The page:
Cabinet Maker and Furniture Maker

Note: Completion of a TAFE SA course does not guarantee an employment outcome. Formal requirements other than educational qualifications (eg licensing, professional registration), may apply to some occupations.

Job Prospects
The number of people working as Cabinetmakers (in their main job) fell over 5 years: from 30,300 in 2014 to 29,300 in 2019. Future job prospects appear stable.
Salary Range
Median weekly earnings: $1,050 to Source: https://joboutlook.gov.au 2020
Brief
There are currently around 1,600 cabinetmakers employed in South Australia. Employment is largely full-time and most work in the manufacturing industry. Most persons in this occupation are male and most are employed in the Adelaide metropolitan area. The average age of workers are 36 years with many workers under the age of 25 years.

TAFE SA courses that may be relevant for: Cabinet Maker and Furniture Maker

Accredited (Award)

Short

  • Cabinet makers build, repair and install furniture or fixtures made from either wood or wood substitutes, including mass produced flat panels destined to become kitchen cupboards and other furniture items. They require an in-depth knowledge of equipment such as computer numerically controlled (CNC) routers, multi-borers and modular construction.

    Furniture makers use predominately 'traditional' wood working skills and knowledge of timber features and frame construction to produce items ranging from custom-built fine jarrah furniture to volume production solid timber furniture.

    Practical and Manual.

    Practical and Manual

  • There are a small number, 33% of Cabinet makers & Furniture makers that have no post school qualification, however the majority 60% have either Certificate III or Certificate IV.

    In such a competitive market it is important for you to obtain the best possible advantage when looking for work. TAFE SA offer the following courses that may help you gain employment in this occupation: Certificate III in Furniture Finishing, Certificate III in Cabinet Making, Certificate III in Furniture Finishing (Wood Machining). Pathways include Certificate I Program in Trade Pathways, Certificate II in Construction Pathways, Certificate II in Furniture Finishing or Certificate II Program in Construction (Wood Trades).

    Still unsure? Then try a short course also offered through TAFE SA such as Furniture Making or Furniture Restoration. Check the website for the full list of short courses.

    SA Apprenticeships are available in this occupation for further information go to the Traineeship & Apprenticeship Services Website at http://www.skills.sa.gov.au/apprenticeships-traineeships or phone 1800 673 097.

  • Cabinet makers and furniture makers may specialise in particular areas such as reproduction of antique furniture, kitchen fittings, bedroom suites, office furniture, dining suites, shop fittings and occasional furniture.

    Some jobs will involve after hour's attendance such as installing shop fittings. For those cabinet makers working in kitchen installations there would be a need to work on site, measuring and installing the cabinets.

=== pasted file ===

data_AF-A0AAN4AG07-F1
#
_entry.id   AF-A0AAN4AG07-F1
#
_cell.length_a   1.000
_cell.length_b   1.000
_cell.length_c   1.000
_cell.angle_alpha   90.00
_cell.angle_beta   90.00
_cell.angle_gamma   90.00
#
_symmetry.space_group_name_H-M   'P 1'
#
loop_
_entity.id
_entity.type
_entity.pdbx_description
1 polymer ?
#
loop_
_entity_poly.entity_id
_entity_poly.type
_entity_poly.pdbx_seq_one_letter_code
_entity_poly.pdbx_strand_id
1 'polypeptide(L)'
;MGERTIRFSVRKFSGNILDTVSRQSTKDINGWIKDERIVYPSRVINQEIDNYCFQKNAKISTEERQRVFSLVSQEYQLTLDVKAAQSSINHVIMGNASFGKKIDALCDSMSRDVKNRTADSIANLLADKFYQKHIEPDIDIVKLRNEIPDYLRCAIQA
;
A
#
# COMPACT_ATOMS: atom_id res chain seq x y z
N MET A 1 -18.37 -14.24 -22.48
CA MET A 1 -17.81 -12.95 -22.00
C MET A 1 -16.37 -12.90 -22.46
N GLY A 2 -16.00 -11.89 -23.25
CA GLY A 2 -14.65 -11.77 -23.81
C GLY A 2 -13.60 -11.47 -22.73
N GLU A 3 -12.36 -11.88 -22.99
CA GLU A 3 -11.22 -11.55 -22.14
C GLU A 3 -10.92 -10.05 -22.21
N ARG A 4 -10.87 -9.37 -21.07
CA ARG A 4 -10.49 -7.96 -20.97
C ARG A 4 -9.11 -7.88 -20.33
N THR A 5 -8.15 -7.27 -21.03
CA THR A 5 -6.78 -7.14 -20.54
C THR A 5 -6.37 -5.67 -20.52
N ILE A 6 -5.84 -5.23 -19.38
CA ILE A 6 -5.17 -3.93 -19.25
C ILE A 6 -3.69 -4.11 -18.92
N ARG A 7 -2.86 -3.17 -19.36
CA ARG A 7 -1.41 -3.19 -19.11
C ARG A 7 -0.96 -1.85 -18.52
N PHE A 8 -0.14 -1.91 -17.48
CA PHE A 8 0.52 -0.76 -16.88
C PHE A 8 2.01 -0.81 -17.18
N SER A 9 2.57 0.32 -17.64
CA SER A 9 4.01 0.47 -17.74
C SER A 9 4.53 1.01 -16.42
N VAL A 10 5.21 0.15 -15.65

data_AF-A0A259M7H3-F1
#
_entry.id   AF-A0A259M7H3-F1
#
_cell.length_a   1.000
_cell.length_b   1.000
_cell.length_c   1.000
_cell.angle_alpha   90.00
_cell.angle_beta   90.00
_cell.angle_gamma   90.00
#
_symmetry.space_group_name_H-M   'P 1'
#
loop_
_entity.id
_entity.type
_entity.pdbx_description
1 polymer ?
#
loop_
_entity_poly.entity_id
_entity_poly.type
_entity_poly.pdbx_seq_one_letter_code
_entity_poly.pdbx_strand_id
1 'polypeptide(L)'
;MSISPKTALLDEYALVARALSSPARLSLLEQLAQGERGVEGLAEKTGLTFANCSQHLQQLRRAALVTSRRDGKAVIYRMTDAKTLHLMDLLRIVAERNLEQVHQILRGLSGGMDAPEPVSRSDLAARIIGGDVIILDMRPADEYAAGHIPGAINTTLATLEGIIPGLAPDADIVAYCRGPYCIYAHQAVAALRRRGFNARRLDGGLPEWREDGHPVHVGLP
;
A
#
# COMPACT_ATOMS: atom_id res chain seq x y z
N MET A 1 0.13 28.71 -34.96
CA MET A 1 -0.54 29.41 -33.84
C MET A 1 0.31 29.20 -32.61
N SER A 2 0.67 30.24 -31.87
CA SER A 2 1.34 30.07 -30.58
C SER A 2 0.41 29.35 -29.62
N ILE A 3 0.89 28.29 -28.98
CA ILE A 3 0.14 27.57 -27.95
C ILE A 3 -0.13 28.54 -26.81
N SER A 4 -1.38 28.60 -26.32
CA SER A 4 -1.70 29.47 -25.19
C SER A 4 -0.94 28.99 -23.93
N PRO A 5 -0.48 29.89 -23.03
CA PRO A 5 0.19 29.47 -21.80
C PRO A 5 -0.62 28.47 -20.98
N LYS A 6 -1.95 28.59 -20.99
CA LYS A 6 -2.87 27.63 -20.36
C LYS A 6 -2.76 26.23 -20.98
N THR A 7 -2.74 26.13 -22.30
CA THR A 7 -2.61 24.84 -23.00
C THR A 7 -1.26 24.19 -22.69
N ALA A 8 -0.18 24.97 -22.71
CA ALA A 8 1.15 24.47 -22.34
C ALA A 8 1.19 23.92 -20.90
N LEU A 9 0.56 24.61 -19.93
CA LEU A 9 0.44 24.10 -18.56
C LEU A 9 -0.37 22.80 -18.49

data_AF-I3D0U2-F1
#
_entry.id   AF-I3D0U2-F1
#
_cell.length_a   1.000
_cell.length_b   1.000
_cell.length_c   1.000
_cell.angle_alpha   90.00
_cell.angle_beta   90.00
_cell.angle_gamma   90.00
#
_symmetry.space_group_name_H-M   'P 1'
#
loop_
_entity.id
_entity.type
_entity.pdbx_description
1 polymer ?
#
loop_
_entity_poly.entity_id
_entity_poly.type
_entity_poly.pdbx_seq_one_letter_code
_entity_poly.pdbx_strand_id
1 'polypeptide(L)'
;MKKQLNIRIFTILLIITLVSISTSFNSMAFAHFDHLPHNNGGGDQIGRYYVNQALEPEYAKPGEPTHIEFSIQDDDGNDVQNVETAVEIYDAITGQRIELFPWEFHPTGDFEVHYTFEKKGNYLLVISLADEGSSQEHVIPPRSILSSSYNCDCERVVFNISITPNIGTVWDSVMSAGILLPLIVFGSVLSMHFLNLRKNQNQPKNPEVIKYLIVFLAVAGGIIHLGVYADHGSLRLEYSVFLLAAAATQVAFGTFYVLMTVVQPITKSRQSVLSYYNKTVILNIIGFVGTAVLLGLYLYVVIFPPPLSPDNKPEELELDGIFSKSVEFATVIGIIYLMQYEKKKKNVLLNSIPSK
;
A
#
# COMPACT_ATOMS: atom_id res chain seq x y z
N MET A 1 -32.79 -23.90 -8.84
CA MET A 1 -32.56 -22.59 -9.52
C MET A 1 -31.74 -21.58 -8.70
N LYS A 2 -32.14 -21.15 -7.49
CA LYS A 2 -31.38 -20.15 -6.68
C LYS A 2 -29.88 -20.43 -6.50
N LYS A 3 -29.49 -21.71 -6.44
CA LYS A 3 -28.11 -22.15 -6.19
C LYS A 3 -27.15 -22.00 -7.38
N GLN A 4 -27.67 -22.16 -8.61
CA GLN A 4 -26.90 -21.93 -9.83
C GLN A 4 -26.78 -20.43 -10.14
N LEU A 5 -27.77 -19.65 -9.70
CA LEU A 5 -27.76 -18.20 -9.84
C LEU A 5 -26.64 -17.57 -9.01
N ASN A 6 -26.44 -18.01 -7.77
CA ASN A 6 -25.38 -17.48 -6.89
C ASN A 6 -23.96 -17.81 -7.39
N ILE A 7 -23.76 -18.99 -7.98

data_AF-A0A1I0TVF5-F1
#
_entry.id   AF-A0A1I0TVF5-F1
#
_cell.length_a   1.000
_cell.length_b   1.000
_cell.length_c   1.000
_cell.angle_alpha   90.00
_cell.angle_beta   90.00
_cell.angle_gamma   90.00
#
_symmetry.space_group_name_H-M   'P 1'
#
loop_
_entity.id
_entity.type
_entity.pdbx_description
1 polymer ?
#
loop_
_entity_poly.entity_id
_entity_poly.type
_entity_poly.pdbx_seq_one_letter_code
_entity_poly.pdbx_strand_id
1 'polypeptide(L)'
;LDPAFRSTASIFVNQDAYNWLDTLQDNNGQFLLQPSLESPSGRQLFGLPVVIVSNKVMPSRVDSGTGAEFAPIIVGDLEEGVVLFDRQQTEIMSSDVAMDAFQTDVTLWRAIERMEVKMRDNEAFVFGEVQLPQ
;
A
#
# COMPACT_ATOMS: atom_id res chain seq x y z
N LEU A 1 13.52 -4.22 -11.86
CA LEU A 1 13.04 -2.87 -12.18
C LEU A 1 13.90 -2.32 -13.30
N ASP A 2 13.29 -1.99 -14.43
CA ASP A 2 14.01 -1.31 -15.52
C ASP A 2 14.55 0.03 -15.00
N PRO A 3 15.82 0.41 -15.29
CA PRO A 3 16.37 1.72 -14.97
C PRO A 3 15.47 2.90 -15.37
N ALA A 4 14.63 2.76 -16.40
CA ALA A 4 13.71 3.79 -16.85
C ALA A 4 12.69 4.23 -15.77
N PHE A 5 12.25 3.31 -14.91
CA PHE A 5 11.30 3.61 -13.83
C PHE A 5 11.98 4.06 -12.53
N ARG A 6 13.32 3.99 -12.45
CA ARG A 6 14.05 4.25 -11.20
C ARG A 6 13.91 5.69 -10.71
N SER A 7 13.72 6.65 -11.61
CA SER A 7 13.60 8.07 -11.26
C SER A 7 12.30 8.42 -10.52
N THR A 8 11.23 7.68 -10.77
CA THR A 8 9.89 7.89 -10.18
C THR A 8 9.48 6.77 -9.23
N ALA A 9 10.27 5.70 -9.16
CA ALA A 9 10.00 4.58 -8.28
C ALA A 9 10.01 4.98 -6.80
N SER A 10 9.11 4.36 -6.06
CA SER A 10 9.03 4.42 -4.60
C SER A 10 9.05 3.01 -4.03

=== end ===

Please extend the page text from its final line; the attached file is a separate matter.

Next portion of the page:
Advancement to supervisory positions, technical training or sales work is possible.

  • It is not unusual for cabinet makers to be involved in all aspects of the job, including designing and working from specifications (drawings), giving quotes to customers, selecting and cutting the materials and fitting and assembling the components by gluing, clamping, nailing or screwing pieces together. They may also do the final sanding, polishing or staining of the wood and any intricate carving and inlay work.

    These precision craftspeople are highly skilled in their trade, being able to transform the unique grains and knots featured in a piece of speciality timber into an article of beauty.

    Cabinet Makers can also use traditional wood working methods to build and install kitchen cabinets, wall units, built in robes and display cases for both commercial and domestic markets. However, there is an increasing trend towards using technology and automated production processes, especially with the emergence of the flat panel sector. Using CAD/CAM (computer aided design and manufacturing) systems, machines can cut out, drill and rout in one pass. A CNC router can groove wood in shapes with a single or multiple spindles.

  • Cabinet makers and furniture makers must enjoy practical and manual activities. They should be able to follow written instructions and work to a high level of accuracy. They also need to be able to make mathematical calculations, have good communication skills as well as good hand-eye coordination. As they would be working in different environments with dust and chemical, they should be free from any allergies that may be triggered by these substances.

  • Cabinet makers and furniture makers can be found working in medium to small enterprises specialising in either fine furniture, the project home market, refurbishment of bathrooms or kitchens, or banks and shopping centres fit outs. Opportunities also exist for work overseas on commercial building projects. Experienced cabinet makers can get work as supervisors or leading hands.

    Further information:

    Cabinet Makers & Designers Association
    Phone: 1300 767 738
    Email: info@cmda.org.au
    Website: www.cmda.org.au

    Furnishing Industry Association of Australia Ltd
    Phone (02) 4340 2000
    Email: admin@fiaa.com.au
    Website: www.fiaa.com.au

Further Information

For further information about all TAFE SA Courses, phone 1800 882 661 or enquire online